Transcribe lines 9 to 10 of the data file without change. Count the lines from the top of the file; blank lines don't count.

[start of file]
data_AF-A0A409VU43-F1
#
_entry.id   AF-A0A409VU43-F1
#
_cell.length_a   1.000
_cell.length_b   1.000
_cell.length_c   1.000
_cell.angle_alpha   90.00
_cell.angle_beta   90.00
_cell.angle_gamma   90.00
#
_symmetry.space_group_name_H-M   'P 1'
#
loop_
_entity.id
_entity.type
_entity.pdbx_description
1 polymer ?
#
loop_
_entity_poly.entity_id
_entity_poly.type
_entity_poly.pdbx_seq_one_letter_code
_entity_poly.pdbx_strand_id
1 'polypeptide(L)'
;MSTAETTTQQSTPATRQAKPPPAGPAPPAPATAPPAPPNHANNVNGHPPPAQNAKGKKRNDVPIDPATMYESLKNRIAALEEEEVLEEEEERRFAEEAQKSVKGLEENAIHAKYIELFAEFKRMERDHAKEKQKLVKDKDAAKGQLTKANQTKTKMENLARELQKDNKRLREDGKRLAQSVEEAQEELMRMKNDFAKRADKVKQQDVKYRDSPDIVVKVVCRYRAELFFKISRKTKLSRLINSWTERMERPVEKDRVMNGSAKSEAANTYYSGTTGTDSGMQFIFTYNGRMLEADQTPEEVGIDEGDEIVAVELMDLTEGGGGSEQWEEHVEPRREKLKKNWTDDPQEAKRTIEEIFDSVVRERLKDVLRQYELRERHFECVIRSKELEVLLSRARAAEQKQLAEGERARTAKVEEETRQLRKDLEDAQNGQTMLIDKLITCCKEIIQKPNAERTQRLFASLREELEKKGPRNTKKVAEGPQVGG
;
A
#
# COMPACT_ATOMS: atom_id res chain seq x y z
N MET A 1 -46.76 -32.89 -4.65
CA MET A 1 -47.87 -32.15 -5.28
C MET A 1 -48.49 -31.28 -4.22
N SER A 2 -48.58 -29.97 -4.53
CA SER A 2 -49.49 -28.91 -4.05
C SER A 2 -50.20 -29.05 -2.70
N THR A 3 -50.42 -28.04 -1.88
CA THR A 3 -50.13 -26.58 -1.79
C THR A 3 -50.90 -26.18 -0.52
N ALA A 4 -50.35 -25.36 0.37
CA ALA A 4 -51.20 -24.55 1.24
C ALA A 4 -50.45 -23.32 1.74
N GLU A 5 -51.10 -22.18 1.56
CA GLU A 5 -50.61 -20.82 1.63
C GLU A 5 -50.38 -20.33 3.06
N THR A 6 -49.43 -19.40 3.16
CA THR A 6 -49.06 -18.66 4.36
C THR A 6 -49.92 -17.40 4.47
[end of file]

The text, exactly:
_cell.angle_beta   90.00
_cell.angle_gamma   90.00